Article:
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OHA Seeks Input on Stewardship of Palauea Cultural Preserve

May 30, 2013
Janet Six , Maui Weekly

On Thursday, May 16, the Office of Hawaiian Affairs (OHA) held a community meeting at the Keawala'i Congressional Church to announce its stewardship of the Palauea Cultural Preserve and to seek community input with regard to the creation of a long-range management plan for one of Maui's cultural treasures.

Located in the heart of the Wailea Resort Complex, the Palauea Cultural Preserve contains numerous important pre-contact cultural sites, including habitation sites, fishing shrines, ancient anchialine wells, heiau and rare native plants. The 20-plus-acre cultural preserve was once the focal point and ceremonial center of a robust fishing community with ties to Kaho'olawe.

Formally conveyed to OHA by the Dowling Corporation in April 2013, OHA Trustee Carmen "Hulu" Lindsey announced alongside University of Hawai'i Maui College (UHMC) Chancellor Clyde Sakamoto that OHA is partnering with the UHMC Hawaiian Studies Department to create a culturally appropriate management plan for the preserve.

Article Photos

Palauea’s anchialine wells may have been similar to those just down the coast at ‘Āhihi Kīna‘u.
Photo: Janet Six

OHA C.E.O. Dr. Kamana'opono Crabbe pointed to UH Hawaiian Studies faculty in attendance--Kahele Dukelow, Kalaikoa Kaeo and Kiope Raymond--as those tasked with creating culturally based educational programs utilizing the preserve as an outdoor classroom. The UHMC faculty members spoke passionately about their desire to step up to this challenge.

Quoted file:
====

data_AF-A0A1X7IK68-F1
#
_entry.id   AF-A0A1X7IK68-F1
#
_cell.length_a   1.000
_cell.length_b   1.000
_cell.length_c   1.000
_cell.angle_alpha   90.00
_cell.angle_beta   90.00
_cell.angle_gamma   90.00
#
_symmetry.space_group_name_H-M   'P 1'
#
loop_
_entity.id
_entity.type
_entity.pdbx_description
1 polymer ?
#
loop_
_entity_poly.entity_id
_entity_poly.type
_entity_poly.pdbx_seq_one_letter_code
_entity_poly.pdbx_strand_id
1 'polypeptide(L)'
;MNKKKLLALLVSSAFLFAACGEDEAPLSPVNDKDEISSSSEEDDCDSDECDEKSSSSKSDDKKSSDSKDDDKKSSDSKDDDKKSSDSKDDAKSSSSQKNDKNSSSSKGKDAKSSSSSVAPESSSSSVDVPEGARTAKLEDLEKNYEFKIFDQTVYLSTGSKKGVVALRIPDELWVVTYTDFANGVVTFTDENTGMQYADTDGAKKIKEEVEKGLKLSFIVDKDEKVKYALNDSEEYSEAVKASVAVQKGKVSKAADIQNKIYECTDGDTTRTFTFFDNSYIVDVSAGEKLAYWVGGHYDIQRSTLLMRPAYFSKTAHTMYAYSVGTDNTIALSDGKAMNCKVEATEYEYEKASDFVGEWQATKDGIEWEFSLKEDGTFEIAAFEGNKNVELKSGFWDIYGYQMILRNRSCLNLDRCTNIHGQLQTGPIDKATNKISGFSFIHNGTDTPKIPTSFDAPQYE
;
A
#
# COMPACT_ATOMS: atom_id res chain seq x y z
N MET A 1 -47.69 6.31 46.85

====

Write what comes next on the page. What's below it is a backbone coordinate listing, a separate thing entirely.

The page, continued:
The vast majority of the over 30 community members in attendance are kanaka maoli.

Because the conveyance of the Palauea Cultural Preserve took nearly 13 years, there were a few in the audience with specific questions about long-promised community access, the implementation of the Phase I Preservation Plan, Historic Sites status, and other concerns.

Chairperson Colette Machado fielded these questions and made it clear to all those in attendance that OHA was more than up to the task.

According to Machado, there are plenty of resources in place. She said OHA and UHMC faculty would review and revise the original Phase I Preservation Plan created for the Dowling Corp. in 2002. She asked community members to be patient just a little longer as OHA and UHMC get up to speed on this project.

Machado also indicated that the UHMC faculty would be taking the lead in this process and called for the college to create a permanent position stating that the development and implementation of a long-range, management plan for the Palauea Cultural Preserve would be a full-time job.

As the meeting closed, there was genuine sense of joy among the participants who mingled outside while the sun set--for after years of neglect at the hands of developers, they had at long last reclaimed one of their wahi pana (celebrated place).

 
 

 

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